Introduction by Croakey: Emergency Department clinicians have described how the system is failing both patients and those working in it, in a series of articles published recently at Croakey.
Australasian College for Emergency Medicine president Dr Simon Judkins kicked off the series with this article, prompting this on-the-ground response from a clinician, to which Judkins replied with further accounts of a system in crisis.
Now, another ED clinician adds to the discussion with an impassioned call for colleagues to partner with consumers to drive transformative health system re-design.
Clinicians and consumers should stand together in refusing to accept long waits, deteriorating facilities, under-staffing, over-crowding, systematic under-funding of primary care, and increasing fragmentation and privatisation of health services, the clinician says.
I also work in an Emergency Department. A big, busy public one – surrounded by suburban sprawl. I’ve been working in Emergency Departments across Australia for over 20 years and I’ve felt the pressure build – more patients, less time, more scrutiny, less space, more paperwork, less humanity.
And even though my colleagues and I feel like frogs in a boiling pot, it’s patients I’m really worried about. Because patients are the reason I get out of bed and go to work each day.
I read Dr Simon Judkins’ recent article for Croakey with a sense of relief, almost euphoria. “Yes!”, I thought. “The moment has finally arrived.” I had been wondering just what it would take for Emergency clinicians to stand up and say “enough is enough”.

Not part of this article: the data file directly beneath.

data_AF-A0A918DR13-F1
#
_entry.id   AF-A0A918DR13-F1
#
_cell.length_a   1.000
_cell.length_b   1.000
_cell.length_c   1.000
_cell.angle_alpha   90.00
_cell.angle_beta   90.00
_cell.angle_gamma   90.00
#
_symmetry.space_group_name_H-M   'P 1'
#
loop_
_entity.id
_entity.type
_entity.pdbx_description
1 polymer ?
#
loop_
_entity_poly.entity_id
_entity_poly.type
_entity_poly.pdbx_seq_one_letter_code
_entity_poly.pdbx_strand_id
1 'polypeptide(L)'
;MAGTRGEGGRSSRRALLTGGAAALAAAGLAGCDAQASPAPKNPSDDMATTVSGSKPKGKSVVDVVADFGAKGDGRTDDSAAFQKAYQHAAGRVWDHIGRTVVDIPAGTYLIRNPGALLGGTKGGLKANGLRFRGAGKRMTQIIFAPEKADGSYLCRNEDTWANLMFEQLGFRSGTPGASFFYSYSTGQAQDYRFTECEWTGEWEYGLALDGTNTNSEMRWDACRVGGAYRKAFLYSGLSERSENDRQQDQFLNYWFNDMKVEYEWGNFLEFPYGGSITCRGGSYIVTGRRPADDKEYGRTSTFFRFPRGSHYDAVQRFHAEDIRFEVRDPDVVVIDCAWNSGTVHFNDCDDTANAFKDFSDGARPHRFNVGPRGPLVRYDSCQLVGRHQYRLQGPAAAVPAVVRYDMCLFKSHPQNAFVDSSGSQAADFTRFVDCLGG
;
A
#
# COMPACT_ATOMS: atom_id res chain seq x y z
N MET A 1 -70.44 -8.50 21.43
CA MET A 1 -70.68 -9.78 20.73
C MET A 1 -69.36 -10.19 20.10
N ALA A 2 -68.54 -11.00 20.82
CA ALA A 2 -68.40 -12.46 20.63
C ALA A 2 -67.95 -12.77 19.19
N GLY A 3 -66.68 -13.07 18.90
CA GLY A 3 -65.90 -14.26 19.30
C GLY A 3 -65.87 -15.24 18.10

The system has been held together with Band-Aaids and goodwill for years. But I also felt sad. Does the article by Judkins signal that my caring, talented, hard-working and resilient colleagues in Emergency medicine are starting to give up?
The response by an anonymous clinician to the question put by Judkins, “Are you okay?”, describing a series of near-misses on night shift, really resonates with me. As does Judkins’ subsequent response, “An Open Letter to a System in Crisis”.
I thank my colleagues for their courage and honesty. I desperately hope that this organic series on the theme “Emergency Departments are not okay”, is the start of a ground-swell towards genuine system reform. I add my words to keep the momentum going.
But this is not really about me and my colleagues. It’s about our patients.
Judkins’ tweet about a 25 year-old woman, stuck in the Emergency Department for hours, while inpatient teams squabbled over her admission, tells a story that plays out in Emergency Departments across Australia every day.
A growing body of evidence demonstrates that prolonged stays in the Emergency Department increase morbidity and mortality – read Geelhoed and de Klerk’s article about the impact of the four-hour rule in Perth or explore the Australasian College for Emergency Medicine’s page about access block if you want to learn more.
I extend a deep and sincere apology to the patient referenced in Judkins’ tweet and to all the others like her. This is not good enough and does not reflect the care that clinicians working in Emergency Departments want to provide.
I apologise to the patient with a prolonged seizure that I had to inject with midazolam, on the waiting room floor, because there were no treatment spaces available inside the Emergency Department.
I apologise to the patient with severe back pain, eventually diagnosed with aortic dissection, who was treated in a chair in the triage area until he was taken to theatre for surgical repair. I wanted to give you intravenous analgesia, but policy says “no”.
I apologise, as a clinician and a parent, to the septic child, resuscitated while an intoxicated man shouted obscenities from the adjacent cubicle. I apologise to your mum and dad too, and your brother. That must have been terrifying for you all. Not for me, I’m used to it.